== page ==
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Tardive dyskinesia

Tardive dyskinesia is a neurological syndrome caused by the long-term use of neuroleptic drugs. Neuroleptic drugs are generally prescribed for psychiatric disorders, as well as for some gastrointestinal and neurological disorders. Tardive dyskinesia is characterized by repetitive, involuntary, purposeless movements. Features of the disorder may include grimacing, tongue protrusion, lip smacking, puckering and pursing, and rapid eye blinking. Rapid movements of the arms, legs, and trunk may also occur. Impaired movements of the fingers may appear as though the patient is playing an invisible guitar or piano. (Definition from the National Institute or Neurological Disorders and Stroke)

Tardive Dyskinesia: factsheet from NINDS, the National Institute of Neurological Disorders and Stroke information (US site)

Tardive Dyskinesia: information from NORD, the National Organization for Rare Disorders (US site)

Pubmed Medline search on Tardive Dyskinesia

Support groups

No specific support groups listed.

Brain and Spine Foundation
Information on living with a neurological condition and on diagnosis. There are publications and resources. The useful glossary of neurological conditions (under 'Information and support') includes links to some other organisations as well as to Brain and Spine Foundation information.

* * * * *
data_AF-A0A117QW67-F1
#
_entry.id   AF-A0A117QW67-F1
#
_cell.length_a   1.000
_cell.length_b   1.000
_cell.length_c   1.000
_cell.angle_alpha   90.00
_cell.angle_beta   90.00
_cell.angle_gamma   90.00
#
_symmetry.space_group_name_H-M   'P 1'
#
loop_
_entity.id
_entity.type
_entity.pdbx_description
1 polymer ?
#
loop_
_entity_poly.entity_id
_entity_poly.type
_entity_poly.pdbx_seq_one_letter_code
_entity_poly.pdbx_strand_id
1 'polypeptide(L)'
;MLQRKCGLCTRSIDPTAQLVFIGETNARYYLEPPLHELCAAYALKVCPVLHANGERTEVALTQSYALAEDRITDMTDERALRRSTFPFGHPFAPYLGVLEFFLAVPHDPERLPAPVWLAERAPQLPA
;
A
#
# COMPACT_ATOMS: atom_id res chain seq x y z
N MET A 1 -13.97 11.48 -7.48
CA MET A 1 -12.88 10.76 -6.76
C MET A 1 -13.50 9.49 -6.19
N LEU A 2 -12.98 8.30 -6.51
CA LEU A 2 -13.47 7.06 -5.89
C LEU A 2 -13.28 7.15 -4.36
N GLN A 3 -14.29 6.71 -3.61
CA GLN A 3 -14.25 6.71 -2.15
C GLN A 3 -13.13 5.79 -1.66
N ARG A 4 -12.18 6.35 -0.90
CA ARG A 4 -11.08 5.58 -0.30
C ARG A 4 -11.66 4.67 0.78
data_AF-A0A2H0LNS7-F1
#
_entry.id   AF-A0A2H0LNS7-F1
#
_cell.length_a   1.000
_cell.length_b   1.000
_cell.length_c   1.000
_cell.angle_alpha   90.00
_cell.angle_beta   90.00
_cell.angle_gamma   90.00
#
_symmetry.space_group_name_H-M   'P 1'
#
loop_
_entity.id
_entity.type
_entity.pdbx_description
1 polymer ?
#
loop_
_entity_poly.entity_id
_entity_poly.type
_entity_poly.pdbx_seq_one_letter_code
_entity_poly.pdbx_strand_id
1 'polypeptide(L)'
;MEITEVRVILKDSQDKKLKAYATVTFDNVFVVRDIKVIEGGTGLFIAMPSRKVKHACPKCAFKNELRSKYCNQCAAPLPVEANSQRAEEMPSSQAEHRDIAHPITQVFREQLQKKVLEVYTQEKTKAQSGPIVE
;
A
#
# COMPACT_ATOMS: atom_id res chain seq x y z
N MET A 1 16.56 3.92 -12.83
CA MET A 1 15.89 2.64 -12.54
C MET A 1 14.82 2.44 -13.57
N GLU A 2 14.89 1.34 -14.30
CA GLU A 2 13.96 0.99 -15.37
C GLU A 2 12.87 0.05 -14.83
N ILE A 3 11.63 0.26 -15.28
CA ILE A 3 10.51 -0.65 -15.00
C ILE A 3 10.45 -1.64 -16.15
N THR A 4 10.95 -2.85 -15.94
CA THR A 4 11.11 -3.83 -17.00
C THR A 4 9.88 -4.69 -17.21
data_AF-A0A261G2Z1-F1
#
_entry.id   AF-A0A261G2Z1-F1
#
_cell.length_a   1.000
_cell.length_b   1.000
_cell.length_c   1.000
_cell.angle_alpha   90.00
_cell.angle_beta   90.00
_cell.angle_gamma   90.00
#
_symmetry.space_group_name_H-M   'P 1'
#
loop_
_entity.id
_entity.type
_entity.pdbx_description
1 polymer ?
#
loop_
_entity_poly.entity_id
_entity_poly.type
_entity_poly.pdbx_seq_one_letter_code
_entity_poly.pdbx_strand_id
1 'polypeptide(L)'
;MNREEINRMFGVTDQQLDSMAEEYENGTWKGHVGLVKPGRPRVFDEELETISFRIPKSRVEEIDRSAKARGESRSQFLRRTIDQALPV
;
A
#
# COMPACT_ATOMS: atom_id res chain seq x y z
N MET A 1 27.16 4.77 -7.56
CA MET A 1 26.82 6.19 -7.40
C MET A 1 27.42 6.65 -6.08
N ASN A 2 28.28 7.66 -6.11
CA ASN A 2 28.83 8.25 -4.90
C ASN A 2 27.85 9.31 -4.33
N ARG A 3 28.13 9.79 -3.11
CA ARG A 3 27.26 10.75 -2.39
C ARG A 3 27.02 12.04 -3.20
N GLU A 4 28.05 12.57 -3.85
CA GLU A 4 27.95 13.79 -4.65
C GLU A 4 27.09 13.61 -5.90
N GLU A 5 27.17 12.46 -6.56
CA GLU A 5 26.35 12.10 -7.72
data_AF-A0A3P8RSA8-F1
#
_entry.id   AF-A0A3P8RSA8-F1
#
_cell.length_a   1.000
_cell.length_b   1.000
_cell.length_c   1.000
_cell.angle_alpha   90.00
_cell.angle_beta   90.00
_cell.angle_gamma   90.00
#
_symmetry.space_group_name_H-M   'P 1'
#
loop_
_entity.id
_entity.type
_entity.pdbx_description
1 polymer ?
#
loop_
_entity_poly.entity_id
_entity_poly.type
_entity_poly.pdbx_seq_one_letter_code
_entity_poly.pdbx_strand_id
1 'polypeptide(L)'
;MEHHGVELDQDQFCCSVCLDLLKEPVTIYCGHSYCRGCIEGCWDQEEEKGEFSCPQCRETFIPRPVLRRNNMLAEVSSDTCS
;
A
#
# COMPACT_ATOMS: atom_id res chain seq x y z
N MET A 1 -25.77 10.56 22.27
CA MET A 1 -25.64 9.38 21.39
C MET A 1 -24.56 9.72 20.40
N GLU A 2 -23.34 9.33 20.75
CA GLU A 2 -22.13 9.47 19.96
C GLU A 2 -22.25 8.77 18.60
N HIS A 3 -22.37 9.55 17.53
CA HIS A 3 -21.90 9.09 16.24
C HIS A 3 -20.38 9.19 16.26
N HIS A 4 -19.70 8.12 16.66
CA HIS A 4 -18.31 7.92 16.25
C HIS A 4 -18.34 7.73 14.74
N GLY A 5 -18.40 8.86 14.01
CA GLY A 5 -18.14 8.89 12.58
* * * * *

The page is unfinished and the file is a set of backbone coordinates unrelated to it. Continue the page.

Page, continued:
Healthtalk: nerves and brain
Personal experiences of people living with various neurological conditions.

Neurological Alliance
Collective voice for 80 organisations, including stroke and brain injury. Organisations are listed at https://www.neural.org.uk/our-members/, a good place to start if looking for information on those conditions. Site also includes information about living with a neurological condition, a glossary, and information about onset and diagnosis as well as a small set of real life stories.

NHS Inform: brain, nerves and spinal cord 
NHS inform is Scotland's national health information service, with the aim of providing the people in Scotland with accurate and relevant information to help them make informed decisions about their own health and the health of the people they care for.

 

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